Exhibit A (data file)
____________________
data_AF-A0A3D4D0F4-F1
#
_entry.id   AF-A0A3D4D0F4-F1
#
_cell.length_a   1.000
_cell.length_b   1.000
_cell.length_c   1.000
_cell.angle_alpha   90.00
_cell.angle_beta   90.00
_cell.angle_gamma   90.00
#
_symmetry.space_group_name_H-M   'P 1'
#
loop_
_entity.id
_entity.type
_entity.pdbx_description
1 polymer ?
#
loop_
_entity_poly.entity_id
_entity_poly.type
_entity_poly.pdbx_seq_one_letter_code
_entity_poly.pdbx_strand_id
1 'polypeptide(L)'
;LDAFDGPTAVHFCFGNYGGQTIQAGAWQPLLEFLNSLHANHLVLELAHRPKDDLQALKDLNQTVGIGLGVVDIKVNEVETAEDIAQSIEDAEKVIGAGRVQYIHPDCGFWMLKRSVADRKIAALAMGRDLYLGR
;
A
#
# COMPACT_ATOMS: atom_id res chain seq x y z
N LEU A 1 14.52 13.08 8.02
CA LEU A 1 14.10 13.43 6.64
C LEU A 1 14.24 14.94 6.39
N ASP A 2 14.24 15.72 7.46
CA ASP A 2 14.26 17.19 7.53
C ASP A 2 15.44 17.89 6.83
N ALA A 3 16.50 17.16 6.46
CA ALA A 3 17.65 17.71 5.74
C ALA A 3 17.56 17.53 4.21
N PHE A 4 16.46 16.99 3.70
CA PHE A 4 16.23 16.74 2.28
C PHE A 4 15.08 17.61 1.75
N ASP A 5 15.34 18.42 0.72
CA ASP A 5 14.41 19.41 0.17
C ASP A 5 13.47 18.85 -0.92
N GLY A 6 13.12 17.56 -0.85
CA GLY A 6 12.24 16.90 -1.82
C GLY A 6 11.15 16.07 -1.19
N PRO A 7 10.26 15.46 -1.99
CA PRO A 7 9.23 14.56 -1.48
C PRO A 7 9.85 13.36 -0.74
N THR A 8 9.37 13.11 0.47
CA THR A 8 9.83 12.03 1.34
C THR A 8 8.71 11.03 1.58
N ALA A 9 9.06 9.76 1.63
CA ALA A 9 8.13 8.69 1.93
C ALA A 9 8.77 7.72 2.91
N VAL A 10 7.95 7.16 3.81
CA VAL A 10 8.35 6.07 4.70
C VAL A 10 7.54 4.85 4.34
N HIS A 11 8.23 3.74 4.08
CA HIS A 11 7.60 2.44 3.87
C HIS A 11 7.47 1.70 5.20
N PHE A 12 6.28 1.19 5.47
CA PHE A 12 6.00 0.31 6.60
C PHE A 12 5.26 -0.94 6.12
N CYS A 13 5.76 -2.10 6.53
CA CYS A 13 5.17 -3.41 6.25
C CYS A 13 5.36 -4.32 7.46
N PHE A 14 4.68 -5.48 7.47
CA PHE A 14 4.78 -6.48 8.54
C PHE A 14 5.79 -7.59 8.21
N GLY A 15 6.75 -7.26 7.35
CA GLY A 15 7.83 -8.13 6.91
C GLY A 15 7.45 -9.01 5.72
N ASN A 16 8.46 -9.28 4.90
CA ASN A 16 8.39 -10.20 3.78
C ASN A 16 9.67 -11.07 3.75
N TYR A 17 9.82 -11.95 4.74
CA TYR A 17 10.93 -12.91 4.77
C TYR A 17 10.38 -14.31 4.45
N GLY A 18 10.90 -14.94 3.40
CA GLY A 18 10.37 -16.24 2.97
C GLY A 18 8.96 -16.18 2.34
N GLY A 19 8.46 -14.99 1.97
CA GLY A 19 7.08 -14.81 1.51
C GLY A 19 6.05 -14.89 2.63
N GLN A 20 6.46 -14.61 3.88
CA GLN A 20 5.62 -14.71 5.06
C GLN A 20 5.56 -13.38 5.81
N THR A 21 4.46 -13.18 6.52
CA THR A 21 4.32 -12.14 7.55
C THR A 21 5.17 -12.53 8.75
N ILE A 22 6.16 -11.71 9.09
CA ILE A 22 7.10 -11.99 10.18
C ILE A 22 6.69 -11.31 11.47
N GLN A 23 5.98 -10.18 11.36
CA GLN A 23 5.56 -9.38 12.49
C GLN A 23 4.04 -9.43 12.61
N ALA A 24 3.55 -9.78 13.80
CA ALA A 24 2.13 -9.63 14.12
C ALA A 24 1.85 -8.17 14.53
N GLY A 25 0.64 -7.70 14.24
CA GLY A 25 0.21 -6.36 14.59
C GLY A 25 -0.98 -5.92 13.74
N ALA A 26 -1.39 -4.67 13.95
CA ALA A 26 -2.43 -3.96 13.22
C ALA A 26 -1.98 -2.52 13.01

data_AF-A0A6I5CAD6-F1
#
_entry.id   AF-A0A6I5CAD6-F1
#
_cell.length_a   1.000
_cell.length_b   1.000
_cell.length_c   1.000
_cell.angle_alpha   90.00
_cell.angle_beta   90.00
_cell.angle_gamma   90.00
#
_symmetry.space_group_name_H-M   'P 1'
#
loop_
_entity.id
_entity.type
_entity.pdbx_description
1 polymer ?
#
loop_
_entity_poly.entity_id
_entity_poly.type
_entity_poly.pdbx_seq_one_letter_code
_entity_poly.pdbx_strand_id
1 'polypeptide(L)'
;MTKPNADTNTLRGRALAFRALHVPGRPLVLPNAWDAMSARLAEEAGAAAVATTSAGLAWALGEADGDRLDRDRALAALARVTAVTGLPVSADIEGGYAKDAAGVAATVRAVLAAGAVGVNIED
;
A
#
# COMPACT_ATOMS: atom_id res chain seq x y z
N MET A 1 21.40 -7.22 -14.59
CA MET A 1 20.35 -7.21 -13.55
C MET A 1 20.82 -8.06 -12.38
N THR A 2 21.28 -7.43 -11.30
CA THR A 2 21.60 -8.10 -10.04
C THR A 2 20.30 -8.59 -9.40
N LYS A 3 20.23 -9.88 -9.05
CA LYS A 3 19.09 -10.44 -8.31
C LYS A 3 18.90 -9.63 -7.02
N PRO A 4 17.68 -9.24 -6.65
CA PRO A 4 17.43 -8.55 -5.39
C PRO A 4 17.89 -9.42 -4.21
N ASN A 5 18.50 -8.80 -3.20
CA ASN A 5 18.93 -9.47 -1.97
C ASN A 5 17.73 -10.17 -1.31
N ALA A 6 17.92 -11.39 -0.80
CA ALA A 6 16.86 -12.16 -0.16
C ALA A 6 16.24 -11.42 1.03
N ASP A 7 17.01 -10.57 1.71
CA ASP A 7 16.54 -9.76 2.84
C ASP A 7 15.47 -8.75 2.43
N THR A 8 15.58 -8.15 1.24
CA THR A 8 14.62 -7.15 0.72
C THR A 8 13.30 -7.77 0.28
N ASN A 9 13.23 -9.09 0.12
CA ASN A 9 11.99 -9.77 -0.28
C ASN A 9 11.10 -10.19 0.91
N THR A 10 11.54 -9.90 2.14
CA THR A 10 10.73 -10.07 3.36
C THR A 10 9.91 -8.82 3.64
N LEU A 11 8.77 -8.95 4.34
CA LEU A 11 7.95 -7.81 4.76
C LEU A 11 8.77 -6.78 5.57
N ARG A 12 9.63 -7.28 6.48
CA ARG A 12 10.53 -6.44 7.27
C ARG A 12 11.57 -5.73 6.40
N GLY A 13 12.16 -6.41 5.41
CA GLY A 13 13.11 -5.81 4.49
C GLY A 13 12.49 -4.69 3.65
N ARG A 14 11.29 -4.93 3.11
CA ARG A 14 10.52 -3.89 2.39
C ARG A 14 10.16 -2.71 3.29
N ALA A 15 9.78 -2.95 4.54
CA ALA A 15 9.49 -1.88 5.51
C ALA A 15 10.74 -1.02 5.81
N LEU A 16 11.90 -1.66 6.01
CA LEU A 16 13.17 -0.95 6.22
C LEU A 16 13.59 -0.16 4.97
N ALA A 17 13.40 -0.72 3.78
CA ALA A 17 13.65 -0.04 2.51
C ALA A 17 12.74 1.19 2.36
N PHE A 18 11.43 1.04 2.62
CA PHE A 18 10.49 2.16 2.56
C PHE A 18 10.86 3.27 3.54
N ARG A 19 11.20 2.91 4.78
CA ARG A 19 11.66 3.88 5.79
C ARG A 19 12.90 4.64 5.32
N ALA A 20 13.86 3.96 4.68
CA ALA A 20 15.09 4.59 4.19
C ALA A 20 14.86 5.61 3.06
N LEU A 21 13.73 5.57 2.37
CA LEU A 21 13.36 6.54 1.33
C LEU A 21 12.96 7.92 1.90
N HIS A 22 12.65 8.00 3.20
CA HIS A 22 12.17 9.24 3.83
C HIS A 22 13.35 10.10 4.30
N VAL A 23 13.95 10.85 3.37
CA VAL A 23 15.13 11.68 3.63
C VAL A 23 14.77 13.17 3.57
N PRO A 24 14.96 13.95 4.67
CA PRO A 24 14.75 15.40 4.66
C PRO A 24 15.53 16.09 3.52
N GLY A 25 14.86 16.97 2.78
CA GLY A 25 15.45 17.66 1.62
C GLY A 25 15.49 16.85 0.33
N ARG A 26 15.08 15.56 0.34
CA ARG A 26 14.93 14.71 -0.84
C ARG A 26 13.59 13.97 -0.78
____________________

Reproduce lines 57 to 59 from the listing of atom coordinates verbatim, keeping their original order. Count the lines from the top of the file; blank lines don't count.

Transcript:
C ALA A 9 8.77 7.72 2.91
N VAL A 10 7.95 7.16 3.81
CA VAL A 10 8.35 6.07 4.70